Tuesday, 28 September 2010

Which way will ASH go on snus?

That cradle of democracy, the European Union, is allowing citizens to sort of vote on the Tobacco Products Directive. There are only seven questions so it's worth making your voice heard.

The main issues are the legalisation of snus, regulation of e-cigarettes, graphic warnings, plain packaging and bans on vending machines and tobacco displays—all the things that tobacco controllers have been getting excited about over the past few years, basically.

The snus issue is particularly important (see question below—and note the possibility of banning all smokeless tobacco products!) Click to enlarge.




Of all the suggestions put forward in the EU document, repealing the ill-conceived and scientifically unjustifiable ban on snus is the only one which would have a positive impact on health. The only EU country currently allowed to sell snus is Sweden. Not coincidentally—since snus is 99% safe—Sweden also has the lowest rates of smoking-related diseases.

ASH (UK) will doubtless submit its views to the consultation, but which way will it go? In 2004, an ASH press release said:

ASH believes that there is no logic to the banning of snus, when cigarettes, which are far more deadly, are on general sale, but that snus should not simply be de-regulated.

That was six years ago, however, in the days before ASH developed a cosy financial relationship with pharmaceutical companies who also happen to make 99% safe oral nicotine products of their own. The "independent" anti-smoking charity has been quiet about snus in recent years.

ASH was originally set up, in part, to find ways of making tobacco consumption safer (an aim now wiped from their website). So will they act in the interests of public health or in the interests of the pharmaceutical industry?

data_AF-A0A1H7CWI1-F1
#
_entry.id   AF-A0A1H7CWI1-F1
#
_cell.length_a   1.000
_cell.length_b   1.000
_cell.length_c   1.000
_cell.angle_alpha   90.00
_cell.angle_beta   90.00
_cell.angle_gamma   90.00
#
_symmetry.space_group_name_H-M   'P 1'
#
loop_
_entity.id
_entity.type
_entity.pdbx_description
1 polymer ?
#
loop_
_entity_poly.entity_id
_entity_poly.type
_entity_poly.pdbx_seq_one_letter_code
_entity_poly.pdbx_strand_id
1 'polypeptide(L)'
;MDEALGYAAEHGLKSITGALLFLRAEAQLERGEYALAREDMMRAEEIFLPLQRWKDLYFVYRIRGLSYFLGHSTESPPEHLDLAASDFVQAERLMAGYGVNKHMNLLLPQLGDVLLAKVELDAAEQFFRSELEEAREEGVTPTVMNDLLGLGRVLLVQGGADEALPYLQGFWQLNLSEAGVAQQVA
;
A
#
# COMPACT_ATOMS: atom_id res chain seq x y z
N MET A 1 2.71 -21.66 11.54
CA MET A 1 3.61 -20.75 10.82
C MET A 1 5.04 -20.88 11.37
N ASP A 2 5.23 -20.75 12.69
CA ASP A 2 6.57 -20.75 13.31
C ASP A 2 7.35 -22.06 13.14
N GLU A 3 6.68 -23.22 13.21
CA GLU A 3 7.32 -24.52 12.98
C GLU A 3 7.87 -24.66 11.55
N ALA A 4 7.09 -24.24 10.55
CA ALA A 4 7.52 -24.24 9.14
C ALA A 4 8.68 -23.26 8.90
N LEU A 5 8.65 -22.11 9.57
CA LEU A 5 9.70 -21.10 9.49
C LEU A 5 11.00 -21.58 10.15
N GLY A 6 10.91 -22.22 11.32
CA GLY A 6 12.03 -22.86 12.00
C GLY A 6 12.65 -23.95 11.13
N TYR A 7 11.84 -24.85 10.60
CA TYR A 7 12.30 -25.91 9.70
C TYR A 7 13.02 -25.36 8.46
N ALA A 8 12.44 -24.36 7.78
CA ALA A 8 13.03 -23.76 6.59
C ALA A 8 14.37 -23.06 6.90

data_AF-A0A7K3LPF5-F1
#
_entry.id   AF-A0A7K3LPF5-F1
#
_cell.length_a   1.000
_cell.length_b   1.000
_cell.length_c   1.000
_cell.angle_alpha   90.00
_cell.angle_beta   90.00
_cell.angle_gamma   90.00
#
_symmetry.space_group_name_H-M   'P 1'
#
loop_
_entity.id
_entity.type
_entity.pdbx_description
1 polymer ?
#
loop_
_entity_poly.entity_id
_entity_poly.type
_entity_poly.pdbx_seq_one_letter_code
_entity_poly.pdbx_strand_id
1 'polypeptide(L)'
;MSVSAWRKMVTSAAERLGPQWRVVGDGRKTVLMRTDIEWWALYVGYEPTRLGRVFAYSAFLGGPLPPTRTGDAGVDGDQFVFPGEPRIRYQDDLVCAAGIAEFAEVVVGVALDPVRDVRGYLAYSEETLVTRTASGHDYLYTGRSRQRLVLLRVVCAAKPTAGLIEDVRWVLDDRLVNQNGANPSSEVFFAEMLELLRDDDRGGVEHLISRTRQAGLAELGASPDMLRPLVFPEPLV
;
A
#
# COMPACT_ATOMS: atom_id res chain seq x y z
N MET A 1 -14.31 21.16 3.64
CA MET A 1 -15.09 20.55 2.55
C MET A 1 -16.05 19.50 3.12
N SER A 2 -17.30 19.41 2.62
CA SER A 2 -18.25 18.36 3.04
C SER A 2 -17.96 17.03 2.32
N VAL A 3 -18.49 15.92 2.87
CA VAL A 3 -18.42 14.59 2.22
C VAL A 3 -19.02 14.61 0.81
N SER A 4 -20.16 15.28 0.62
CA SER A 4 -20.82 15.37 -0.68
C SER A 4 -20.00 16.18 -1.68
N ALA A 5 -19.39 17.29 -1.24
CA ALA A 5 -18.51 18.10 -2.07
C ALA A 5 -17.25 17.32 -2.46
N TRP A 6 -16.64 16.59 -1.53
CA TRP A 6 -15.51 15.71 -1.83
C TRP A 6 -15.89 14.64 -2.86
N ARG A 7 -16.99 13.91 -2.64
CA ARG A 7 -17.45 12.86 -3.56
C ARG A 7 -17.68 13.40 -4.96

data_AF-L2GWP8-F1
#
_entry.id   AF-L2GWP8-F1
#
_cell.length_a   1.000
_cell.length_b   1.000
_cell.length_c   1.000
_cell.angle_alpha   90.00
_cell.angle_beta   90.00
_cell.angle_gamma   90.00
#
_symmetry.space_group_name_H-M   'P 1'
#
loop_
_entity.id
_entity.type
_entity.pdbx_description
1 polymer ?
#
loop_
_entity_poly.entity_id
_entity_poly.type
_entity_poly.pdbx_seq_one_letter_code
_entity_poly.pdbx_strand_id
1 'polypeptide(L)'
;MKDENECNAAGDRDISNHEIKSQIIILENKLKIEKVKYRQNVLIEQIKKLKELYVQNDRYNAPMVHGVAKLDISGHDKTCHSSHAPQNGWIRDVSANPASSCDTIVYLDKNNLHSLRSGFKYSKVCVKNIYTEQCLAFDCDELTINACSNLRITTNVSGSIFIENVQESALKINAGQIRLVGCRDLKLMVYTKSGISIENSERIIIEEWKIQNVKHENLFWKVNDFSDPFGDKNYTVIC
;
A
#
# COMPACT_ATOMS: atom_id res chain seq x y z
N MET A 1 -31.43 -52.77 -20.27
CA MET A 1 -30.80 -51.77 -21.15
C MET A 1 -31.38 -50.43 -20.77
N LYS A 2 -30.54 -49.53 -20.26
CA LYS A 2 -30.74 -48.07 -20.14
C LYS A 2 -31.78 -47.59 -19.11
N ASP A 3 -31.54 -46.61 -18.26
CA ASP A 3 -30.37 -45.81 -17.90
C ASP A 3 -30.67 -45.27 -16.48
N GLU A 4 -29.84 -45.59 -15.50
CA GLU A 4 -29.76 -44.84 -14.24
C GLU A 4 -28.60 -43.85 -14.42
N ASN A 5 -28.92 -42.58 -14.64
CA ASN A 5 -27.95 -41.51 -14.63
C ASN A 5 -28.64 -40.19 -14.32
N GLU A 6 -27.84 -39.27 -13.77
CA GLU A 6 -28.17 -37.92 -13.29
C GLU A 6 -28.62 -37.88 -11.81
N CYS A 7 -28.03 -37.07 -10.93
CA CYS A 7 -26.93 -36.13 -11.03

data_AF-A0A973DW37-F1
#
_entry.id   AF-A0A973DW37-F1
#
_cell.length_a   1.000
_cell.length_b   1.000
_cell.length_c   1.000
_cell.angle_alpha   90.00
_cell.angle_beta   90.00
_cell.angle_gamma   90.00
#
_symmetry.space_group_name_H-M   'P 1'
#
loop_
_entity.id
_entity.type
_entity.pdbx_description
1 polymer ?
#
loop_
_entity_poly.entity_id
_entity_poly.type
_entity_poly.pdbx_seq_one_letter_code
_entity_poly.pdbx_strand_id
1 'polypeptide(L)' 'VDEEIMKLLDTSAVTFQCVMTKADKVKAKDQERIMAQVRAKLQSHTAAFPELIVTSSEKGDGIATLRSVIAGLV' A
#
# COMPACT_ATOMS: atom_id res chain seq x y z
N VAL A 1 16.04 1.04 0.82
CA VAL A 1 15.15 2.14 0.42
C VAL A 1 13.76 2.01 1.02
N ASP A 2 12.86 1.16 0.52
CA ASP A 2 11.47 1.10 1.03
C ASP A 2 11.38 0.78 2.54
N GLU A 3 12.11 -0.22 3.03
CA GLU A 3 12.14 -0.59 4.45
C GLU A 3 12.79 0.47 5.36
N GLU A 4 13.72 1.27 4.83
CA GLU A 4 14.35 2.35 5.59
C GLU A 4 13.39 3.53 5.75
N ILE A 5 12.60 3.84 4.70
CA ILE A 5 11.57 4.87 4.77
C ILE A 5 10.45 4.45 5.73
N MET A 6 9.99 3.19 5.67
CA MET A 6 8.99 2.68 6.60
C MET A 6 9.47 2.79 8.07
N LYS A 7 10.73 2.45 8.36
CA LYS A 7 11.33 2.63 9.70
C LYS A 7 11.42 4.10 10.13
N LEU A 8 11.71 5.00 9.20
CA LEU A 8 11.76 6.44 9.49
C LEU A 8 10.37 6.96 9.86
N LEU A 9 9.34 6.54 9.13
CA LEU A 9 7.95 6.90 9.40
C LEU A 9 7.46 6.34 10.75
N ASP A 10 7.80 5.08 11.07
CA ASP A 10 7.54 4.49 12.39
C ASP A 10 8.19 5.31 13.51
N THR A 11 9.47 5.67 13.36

You can respond to the online consultation here.

You can read the proposals here.

And everything else is here.

Meanwhile, GlaxoSmithKline has asked the US government to remove dissolvable tobacco products from the market. No conflict of interest there then.

6 comments:

Fredrik Eich said...

The option "No Change" is a little less
prompting than "Take No Action" or "Do Nothing" options that we often see.

PJ said...

I criticised the presentation of options in my response. In particular the lack of 'repeal regulations'

westcoast2 said...

The Bans section includes cross border and internet sales bans. In addition (similar to the US Pact Act) would it become illegal to send tobacco products through the post?

This would be relevant to all tobacco products.

In the specific case of Snus would the only place to buy and use it be Sweden?

As for ASH, there main aim seems to be to help split the nicotine market into Tobacco/Drugs. Snus would fall on the Tobacco side and therefore invoke the tobacco-free mantra that seems to have taken hold.

Snowdon said...

westcost2,

I think the internet ban would criminalise all mail order sales but I'm not 100%. Certainly snus is not supposed to be exported from Sweden to other EU countries, but consumption is not illegal.

Anonymous said...

You can order snus from Sweden. I placed an order after asking what the chances of it being stopped were. The company said they had never had a Swedish post parcel stopped, even though the contents have to be described on the outside of the package. I have not received the order but the company appears to have a poor reputation. If it had been stopped by customs I would have received notification. Even with postage, snus is very cheap. If it were made legal the UK Gov would slap a massive tax on it.

Martin Drautzburg said...

Whenever I hear a conspiracy theory I tend to reject it. Conspiracy theories are often wrong.

But in this case, where legislation works against scientific evidence, the only conclusion is: "it is not about health"

So who is pulling the strings here? The possibility to sell products to millions of smokers must have some appeal to the pharma industry. More so, most customers feel guilty and won't blame the industry for ineffective treatment. And best of all: many anti-tobacco activists work for the pharma industry for free (some are receiving dontations though).

Now that the tobacco industry has been identified as the bad guy nobody will notice the super villains anymore.